Prototypes, Exemplars, and Theoretical & Applied Ethics

Neuroethics 6 (2):237-247 (2013)
Concepts are mental representations that are the constituents of thought. EdouardMachery claims that psychologists generally understand concepts to be bodies of knowledge or information carrying mental states stored in long term memory that are used in the higher cognitive competences such as in categorization judgments, induction, planning, and analogical reasoning. While most research in the concepts field generally have been on concrete concepts such as LION, APPLE, and CHAIR, this paper will examine abstract moral concepts and whether such concepts may have prototype and exemplar structure. After discussing the philosophical importance of this project and explaining the prototype and exemplar theories, criticisms will be made against philosophers, who without experimental support from the sciences of the mind, contend that moral concepts have prototype and/or exemplar structure. Next, I will scrutinize Mark Johnson’s experimentally-based argument that moral concepts have prototype structure. Finally, I will show how our moral concepts may indeed have prototype and exemplar structure as well as explore the further ethical implications that may be reached by this particular moral concepts conclusion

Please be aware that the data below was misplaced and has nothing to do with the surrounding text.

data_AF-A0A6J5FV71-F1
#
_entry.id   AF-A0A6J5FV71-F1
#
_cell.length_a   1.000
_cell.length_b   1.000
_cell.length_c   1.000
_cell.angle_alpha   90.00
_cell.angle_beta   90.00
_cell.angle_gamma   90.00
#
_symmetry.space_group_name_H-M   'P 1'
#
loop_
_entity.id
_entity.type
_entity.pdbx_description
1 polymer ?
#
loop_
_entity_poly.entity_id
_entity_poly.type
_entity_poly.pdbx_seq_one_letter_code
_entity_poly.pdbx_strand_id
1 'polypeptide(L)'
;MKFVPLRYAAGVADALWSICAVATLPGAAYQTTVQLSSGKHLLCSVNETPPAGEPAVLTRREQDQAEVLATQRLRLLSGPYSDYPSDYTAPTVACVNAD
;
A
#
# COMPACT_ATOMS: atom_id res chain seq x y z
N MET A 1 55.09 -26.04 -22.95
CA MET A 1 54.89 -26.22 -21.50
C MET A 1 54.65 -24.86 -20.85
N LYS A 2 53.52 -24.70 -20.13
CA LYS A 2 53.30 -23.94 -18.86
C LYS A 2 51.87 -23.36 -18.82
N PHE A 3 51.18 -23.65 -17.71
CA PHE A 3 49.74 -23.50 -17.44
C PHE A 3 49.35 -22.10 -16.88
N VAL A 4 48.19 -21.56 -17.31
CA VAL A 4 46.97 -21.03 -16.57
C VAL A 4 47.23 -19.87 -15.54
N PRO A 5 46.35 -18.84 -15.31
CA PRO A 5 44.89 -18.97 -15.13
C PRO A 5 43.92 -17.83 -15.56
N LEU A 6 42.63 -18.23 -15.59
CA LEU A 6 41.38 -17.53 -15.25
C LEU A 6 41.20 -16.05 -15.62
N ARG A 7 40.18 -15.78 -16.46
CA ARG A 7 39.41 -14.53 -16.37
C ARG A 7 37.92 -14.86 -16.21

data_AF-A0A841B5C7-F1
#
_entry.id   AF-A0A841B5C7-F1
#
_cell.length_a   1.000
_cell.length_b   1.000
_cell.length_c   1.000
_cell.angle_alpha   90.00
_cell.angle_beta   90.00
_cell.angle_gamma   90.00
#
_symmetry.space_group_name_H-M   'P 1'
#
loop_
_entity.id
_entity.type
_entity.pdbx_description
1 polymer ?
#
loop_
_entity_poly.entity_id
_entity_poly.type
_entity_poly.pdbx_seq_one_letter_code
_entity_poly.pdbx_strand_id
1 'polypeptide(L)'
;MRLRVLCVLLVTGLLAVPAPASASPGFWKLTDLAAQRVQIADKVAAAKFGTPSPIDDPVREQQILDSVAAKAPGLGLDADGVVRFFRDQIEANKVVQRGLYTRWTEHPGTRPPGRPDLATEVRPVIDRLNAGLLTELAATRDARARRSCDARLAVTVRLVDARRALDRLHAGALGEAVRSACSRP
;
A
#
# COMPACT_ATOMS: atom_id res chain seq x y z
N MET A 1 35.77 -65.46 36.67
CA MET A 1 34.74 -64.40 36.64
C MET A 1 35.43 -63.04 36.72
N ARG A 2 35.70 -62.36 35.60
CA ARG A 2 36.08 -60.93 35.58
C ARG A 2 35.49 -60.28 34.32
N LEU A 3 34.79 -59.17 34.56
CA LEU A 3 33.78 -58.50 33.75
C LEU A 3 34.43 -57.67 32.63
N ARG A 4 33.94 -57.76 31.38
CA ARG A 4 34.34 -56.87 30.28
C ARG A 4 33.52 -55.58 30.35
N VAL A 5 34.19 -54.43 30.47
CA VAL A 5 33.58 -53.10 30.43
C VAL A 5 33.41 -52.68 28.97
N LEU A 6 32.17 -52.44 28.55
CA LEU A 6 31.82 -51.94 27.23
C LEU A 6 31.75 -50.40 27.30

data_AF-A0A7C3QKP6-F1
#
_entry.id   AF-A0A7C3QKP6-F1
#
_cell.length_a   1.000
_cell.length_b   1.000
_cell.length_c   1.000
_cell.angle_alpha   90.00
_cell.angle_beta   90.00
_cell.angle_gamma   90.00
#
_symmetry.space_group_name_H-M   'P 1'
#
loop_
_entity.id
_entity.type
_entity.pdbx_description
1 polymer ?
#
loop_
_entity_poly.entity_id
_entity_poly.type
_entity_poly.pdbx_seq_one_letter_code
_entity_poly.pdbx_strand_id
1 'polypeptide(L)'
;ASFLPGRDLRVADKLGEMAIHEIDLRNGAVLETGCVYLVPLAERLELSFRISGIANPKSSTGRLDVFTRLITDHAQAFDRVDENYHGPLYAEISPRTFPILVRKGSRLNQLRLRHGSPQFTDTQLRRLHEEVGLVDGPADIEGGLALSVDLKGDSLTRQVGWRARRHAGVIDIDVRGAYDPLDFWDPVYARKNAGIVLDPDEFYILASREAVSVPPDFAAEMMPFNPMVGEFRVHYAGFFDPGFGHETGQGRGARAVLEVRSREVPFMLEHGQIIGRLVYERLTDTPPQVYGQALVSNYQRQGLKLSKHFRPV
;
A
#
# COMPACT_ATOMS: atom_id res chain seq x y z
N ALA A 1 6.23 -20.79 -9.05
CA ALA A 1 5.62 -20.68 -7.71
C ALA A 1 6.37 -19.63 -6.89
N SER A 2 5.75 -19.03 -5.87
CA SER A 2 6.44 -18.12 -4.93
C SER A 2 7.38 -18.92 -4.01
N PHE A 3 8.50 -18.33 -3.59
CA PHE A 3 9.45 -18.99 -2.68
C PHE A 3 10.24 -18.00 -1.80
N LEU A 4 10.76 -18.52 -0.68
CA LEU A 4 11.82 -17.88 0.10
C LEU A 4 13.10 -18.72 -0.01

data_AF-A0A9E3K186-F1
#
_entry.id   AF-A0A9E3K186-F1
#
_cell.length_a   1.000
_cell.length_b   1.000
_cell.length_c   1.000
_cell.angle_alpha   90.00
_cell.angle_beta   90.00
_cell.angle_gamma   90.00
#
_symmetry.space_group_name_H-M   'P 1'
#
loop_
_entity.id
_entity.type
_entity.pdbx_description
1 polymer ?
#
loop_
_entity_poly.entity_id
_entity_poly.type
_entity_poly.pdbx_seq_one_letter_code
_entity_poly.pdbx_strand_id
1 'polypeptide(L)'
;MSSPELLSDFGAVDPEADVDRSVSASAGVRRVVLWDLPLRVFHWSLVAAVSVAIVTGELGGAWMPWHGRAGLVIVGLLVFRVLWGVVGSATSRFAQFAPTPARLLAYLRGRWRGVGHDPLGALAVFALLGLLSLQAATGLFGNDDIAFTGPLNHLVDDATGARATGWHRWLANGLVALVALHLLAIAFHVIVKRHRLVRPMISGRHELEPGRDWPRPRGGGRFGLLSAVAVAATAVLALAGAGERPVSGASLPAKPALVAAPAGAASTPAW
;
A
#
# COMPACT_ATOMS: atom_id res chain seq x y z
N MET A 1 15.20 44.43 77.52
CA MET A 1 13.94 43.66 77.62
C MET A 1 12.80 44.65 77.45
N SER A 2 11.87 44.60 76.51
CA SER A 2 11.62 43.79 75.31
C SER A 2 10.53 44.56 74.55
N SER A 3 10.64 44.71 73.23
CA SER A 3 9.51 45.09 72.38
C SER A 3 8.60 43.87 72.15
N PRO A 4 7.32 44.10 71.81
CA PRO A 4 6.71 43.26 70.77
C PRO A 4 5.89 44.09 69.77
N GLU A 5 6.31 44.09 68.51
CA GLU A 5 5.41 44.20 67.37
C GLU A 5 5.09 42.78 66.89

Keywords Concepts  Cognitive science  Moral psychology  Mental representations  Ethics  Thin/thick concepts
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References found in this work BETA
Lee R. Brooks (1978). Nonanalytic Concept Formation and Memory for Instances. In Eleanor Rosch & Barbara Lloyd (eds.), Cognition and Categorization. Lawrence Elbaum Associates. 3--170.

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Eric Margolis & Stephen Laurence, Concepts. Stanford Encyclopedia of Philosophy.

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